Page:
That’s especially important as more women become primary breadwinners in the family, as a recent analysis by the Pew Research Center revealed. Many existing leave policies, Matos said, assume that mothers will be the ones to take extended time off even if she's the one with the the better job or better career prospects. The way many policies for dads are currently set up, "his time becomes a bonus, the same way people used to talk about women’s income being the icing on the cake.”

So how can organizations get men to take more paternity leave--a move that gives an assist to the women in their ranks, too? For now, the answer is likely to be a cultural one rather than a policy one. The kind of government incentives offered by countries like Germany — which gives two extra months of parental leave to a family if those months are taken by the father — is probably wishful thinking for American workers. And while a national standard on paid family leave might make it more widely used, only two states currently guarantee it.

In the meantime, leaders within organizations can try and recognize the stereotypes that persist and make changes to prevent them. One way to send the message that it’s okay for dads to take leave is to get senior managers to do diaper duty themselves. While that may be tricky because use of the perk, naturally, skews toward younger employees, organizations that showcase dads who take time off for their kids will help give “permission,” so to speak, to junior staffers to do the same.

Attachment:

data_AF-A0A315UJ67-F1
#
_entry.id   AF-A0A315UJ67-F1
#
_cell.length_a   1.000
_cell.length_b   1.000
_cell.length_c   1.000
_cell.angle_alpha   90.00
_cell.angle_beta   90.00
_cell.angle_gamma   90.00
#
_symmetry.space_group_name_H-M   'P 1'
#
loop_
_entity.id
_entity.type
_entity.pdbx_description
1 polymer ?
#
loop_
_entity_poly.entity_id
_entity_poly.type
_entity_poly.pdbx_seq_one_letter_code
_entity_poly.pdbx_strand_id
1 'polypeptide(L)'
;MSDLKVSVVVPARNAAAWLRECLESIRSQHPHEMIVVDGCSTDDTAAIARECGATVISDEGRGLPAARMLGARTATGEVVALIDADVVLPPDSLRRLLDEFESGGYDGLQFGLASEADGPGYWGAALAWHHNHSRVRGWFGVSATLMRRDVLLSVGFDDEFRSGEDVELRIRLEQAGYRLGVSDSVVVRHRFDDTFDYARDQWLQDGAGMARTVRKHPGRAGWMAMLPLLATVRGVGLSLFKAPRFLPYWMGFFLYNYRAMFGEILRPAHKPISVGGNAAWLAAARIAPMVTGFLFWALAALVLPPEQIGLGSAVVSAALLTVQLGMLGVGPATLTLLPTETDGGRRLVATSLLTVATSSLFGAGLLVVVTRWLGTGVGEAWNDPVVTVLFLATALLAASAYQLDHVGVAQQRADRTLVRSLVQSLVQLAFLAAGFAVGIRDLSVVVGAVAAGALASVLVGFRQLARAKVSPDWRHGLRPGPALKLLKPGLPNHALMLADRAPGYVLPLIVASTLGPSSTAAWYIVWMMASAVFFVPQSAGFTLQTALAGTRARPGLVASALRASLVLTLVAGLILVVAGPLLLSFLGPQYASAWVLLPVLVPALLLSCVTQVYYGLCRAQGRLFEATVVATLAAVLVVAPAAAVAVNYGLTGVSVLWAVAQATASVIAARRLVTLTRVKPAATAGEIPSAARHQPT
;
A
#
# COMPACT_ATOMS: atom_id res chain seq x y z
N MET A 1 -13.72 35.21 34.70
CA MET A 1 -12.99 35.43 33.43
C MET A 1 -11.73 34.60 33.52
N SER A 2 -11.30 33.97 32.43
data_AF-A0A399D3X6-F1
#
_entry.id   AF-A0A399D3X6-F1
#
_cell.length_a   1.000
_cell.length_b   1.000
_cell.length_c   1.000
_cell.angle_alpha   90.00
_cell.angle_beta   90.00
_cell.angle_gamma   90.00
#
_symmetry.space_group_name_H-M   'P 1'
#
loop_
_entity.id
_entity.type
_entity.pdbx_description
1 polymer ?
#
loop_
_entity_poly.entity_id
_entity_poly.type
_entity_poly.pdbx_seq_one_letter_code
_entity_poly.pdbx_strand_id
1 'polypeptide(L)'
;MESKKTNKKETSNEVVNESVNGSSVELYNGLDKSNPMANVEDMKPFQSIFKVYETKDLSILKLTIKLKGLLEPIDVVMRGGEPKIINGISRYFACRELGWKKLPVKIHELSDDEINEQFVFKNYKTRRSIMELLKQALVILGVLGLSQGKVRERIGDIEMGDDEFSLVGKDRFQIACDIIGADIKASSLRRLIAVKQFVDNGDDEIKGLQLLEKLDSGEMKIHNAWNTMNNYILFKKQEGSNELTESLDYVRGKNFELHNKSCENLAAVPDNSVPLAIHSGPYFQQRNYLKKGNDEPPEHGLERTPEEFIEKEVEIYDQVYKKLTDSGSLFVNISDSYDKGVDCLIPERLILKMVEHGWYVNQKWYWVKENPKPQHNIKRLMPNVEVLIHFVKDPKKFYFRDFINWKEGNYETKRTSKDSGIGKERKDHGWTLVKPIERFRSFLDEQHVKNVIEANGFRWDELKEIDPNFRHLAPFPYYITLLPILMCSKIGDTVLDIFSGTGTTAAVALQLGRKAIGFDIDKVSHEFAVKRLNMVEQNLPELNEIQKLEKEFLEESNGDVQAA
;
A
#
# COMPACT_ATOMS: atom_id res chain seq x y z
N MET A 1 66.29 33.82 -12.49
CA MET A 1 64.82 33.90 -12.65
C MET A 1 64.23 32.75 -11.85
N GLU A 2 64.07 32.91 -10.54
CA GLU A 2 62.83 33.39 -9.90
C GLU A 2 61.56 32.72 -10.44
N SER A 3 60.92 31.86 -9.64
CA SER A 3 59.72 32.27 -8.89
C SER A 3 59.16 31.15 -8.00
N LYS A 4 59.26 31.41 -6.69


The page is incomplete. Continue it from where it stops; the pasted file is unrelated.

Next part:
Another solution is to stop talking about the issue as a working mother’s issue or even a working parent’s issue but as a family issue that impacts everyone. When family leave is treated as something that’s needed just as much by a senior executive with an aging parent as it is by a 20-something man or woman who's up all night with a crying baby, it's more easily seen as everyone’s problem. Ernst & Young, for instance, has recast its networking groups for working moms and dads under the name "Today's Families" to be more inclusive and treat family leave as something everyone may eventually need.

Perhaps the biggest shift in the number of men taking parental leave will come not from a political or cultural change, but from a demographic one. In Silicon Valley, where there's a talent war for young engineers (many of whom happen to be men), extended paternity leaves are becoming an increasingly popular perk: Yahoo now offers eight weeks of paid paternity leave to new dads, while Facebook offers new fathers an eye-popping four months. As younger workers demand more flexibility and see their parenting responsibilities more equally, there's likely to be a lot more experimentation and variation in how men and women piece together their parental leaves and post-baby careers, said Stew Friedman, a professor at Wharton and the founding director of its Work/Life Integration project.

Who knows what the typical paternity leave will look like by the time my daughter starts a family. Maybe paid parental leave will still be available to less than 15 percent of new dads, or maybe Yahoo's much-ballyhooed eight weeks will be standard. But one thing I do know is that if more men like her father take advantage of the time off they're offered, it should be a good thing not only for them -- but for my daughter, too.

Jena McGregor is a columnist for On Leadership.